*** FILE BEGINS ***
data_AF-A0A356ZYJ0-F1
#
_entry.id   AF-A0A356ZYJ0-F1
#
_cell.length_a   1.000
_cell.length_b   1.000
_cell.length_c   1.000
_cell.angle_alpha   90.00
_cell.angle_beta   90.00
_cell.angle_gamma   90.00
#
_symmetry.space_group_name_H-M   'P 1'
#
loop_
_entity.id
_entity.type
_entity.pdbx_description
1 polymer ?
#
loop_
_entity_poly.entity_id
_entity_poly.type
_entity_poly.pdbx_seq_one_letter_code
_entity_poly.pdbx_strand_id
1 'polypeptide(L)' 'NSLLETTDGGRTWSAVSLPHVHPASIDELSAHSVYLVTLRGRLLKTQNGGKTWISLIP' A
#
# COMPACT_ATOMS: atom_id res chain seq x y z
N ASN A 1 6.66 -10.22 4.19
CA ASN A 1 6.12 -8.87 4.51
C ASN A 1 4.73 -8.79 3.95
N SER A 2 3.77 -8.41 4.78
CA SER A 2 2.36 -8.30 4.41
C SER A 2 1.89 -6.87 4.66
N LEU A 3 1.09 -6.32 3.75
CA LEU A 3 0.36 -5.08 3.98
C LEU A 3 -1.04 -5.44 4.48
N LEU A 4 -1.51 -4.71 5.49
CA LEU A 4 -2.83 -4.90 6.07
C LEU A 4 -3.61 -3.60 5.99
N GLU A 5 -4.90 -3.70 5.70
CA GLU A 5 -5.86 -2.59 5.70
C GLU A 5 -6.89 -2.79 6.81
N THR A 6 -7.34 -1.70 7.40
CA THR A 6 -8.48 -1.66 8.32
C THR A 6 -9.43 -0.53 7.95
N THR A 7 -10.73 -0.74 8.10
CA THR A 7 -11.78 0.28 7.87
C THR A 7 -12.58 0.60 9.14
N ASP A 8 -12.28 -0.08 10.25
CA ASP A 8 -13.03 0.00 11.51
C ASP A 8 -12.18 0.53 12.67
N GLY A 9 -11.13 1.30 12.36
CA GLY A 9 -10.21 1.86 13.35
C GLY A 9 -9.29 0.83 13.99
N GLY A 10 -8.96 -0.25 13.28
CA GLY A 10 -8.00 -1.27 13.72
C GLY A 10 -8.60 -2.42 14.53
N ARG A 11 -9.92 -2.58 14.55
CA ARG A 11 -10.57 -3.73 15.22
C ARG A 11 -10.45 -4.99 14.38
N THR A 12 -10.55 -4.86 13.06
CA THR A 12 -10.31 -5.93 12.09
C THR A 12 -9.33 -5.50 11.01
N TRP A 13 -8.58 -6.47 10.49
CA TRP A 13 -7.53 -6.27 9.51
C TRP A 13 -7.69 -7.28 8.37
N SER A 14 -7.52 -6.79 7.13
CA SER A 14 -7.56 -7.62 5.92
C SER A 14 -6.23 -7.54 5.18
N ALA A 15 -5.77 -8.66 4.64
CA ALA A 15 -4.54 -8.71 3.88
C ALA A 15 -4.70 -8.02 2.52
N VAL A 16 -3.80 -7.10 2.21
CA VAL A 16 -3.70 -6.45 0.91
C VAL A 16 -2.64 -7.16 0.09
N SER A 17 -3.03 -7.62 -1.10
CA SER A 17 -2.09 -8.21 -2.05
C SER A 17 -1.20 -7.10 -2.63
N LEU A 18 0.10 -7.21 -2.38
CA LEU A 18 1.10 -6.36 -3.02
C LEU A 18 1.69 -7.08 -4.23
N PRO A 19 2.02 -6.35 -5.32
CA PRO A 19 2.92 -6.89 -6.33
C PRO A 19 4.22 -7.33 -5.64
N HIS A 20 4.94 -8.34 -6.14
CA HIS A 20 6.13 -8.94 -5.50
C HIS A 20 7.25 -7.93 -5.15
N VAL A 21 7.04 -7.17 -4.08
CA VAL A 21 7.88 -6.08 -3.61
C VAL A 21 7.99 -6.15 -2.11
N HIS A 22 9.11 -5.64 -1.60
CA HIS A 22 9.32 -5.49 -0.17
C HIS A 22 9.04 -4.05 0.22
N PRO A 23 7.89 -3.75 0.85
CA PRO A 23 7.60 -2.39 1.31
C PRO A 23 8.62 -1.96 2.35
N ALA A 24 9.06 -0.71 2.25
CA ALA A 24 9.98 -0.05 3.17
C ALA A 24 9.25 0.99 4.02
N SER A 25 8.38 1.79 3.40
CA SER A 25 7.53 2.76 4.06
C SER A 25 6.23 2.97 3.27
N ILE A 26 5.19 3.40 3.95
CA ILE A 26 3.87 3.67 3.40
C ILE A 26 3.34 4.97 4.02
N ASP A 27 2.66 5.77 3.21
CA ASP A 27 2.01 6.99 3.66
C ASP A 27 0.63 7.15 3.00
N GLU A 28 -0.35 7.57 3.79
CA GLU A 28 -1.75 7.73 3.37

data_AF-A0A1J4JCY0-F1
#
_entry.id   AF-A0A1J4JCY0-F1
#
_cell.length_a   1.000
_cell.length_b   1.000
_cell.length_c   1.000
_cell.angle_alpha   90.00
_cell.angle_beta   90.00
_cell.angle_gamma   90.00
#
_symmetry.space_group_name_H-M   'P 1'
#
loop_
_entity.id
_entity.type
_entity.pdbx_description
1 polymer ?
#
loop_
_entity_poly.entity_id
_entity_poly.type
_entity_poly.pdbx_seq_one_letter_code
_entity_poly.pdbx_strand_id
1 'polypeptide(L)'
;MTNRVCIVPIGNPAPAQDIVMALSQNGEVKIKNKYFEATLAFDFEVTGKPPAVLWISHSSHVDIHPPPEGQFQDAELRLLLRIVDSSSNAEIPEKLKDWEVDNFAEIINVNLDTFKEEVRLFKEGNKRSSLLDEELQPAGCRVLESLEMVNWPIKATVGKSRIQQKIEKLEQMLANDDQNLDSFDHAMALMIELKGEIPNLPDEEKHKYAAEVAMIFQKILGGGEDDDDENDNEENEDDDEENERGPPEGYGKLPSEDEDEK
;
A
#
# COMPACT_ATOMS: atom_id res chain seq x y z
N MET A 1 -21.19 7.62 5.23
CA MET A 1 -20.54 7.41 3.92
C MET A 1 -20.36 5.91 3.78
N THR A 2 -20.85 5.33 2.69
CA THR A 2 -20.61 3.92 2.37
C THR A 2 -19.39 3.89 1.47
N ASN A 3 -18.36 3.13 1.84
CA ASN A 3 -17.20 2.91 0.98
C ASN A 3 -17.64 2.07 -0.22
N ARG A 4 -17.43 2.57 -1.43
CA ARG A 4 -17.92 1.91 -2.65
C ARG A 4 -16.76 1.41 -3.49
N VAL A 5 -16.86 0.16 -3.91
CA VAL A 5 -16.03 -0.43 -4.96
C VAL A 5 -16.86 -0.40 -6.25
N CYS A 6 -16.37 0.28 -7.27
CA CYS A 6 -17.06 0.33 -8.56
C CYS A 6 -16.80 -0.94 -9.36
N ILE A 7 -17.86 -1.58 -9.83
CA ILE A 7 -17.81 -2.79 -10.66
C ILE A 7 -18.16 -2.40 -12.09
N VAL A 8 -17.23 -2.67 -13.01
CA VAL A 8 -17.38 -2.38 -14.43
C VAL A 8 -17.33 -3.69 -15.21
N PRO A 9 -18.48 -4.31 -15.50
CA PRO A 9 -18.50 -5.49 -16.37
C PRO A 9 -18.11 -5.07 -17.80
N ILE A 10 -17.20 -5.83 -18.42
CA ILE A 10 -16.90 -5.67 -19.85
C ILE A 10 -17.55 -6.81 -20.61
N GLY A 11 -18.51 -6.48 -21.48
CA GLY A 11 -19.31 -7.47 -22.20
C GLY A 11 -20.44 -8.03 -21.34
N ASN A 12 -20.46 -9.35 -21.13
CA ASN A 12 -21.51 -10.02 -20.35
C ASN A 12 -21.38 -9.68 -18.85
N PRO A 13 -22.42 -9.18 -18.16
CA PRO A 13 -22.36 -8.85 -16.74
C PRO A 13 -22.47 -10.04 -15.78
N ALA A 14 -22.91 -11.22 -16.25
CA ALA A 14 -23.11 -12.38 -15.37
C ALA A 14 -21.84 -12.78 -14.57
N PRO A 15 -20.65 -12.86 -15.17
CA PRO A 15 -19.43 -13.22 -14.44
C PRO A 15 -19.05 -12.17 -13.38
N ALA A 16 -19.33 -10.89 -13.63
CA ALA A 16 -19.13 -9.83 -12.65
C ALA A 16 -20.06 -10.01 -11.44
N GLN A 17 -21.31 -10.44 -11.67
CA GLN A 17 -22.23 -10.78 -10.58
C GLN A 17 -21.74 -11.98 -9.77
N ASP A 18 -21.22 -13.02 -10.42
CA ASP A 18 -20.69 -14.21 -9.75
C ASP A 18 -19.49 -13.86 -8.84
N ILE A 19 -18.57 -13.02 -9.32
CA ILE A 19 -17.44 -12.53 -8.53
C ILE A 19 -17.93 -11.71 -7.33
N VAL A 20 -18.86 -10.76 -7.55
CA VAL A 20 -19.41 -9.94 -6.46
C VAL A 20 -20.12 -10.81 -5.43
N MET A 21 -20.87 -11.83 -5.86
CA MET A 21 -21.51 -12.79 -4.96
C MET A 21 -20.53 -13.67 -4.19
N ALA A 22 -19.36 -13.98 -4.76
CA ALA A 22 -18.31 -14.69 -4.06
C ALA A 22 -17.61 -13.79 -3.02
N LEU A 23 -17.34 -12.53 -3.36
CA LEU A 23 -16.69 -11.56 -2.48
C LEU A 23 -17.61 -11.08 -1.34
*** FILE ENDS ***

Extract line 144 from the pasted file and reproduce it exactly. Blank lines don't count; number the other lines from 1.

N THR A 2 -20.85 5.33 2.69